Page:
Fushimi Momoyama Castle 伏見桃山城
A remote and ill-fated fortress built for warlord Toyotomi Hideyoshi
Fushimi Castle, also known as Momoyama Castle, is located in a quiet, residential part of southern Kyoto. However, during the Warring States period, it was anything but quiet. Destroyed by an earthquake soon after it was first constructed, the fortress was later the site of a pitched battle and a mass ritual suicide.
The castle was originally built in the late 16th century by an army of 20,000 to 30,000 workers
Bloodstains from a mass suicide here can be found around Kyoto in salvaged castle materials
An earthquake destroyed the castle only two years after it was first built
How to Get There
Fushimi Momoyama Castle is easily accessible by rail.
From Kyoto Station, take the Kintetsu-Kyoto Line to Kintetsu-Tambabashi Station. From there, it is a 20-minute walk to the castle.
A siege lost
When Toyotomi Hideyoshi died in 1598, the castle was taken over by Tokugawa Ieyasu, who united Japan after the Battle of Sekigahara. When Ieyasu left the castle just before the Sekigahara Battle in 1600, Torii Mototada, a loyal samurai to Ieyasu, famously died while defending the castle during an 13-day siege. Once the enemy declared victory, they took the castle apart and moved it in pieces to other temples and castles throughout Japan.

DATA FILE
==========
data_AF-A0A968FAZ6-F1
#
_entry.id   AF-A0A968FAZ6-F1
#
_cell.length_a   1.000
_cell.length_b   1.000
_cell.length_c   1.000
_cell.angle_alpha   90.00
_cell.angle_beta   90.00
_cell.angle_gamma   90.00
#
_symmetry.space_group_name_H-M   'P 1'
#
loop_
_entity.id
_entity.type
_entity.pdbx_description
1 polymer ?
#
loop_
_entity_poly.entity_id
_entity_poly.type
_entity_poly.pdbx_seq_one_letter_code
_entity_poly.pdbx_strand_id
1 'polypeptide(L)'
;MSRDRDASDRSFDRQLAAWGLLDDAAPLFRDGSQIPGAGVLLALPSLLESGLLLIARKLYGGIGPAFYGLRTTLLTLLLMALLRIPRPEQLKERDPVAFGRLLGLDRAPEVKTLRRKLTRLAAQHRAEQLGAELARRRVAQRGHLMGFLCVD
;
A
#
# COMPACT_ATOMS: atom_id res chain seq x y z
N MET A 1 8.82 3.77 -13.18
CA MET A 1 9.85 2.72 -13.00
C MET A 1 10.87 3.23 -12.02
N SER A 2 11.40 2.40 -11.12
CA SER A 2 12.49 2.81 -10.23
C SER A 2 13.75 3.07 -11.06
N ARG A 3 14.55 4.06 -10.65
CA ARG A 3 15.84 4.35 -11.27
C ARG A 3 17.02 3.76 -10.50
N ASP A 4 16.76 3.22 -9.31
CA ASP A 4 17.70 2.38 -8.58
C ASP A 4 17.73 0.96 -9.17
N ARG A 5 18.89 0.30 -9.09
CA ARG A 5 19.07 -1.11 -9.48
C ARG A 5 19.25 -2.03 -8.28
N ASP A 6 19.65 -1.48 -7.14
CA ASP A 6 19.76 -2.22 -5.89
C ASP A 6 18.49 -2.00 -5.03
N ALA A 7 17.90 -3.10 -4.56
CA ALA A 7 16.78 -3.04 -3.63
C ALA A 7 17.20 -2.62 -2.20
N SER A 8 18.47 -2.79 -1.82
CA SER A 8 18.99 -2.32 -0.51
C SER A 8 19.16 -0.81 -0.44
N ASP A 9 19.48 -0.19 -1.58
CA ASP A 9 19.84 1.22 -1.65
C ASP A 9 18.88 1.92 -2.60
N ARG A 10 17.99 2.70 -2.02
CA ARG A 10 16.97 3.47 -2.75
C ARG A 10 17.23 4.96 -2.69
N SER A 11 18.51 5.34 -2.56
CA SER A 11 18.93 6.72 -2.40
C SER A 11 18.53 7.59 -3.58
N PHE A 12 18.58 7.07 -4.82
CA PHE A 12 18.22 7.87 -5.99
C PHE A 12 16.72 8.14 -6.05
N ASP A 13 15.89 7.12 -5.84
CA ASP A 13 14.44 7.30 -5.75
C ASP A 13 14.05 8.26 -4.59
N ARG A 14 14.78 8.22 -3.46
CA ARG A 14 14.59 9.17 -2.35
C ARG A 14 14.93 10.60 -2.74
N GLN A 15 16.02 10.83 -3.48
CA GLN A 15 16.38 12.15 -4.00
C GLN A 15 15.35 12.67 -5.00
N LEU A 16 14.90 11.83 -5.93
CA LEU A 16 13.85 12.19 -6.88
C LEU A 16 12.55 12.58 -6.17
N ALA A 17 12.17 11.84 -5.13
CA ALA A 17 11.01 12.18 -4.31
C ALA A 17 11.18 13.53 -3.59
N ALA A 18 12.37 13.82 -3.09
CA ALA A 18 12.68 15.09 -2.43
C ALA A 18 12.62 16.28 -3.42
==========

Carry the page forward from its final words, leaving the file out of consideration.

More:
When Mototada and his men admitted defeat, they committed ritual suicide, staining the floors of the castle. Legend has it that you can now find these blood-stained floors repurposed as ceilings in many temples in Kyoto, including Genkoan in the northwest.
The modern replica was built in 1964 near the original site of the castle. Apart from the twin keeps, it likely bears little resemblance to the original.
You can walk the grounds freely and admire the twin keeps but only from the outside. Due to the castle's distance from other tourist sites, the grounds are often quiet, making them a great place for a secluded picnic in the spring or autumn.
* The information on this page may be subject to change due to COVID-19.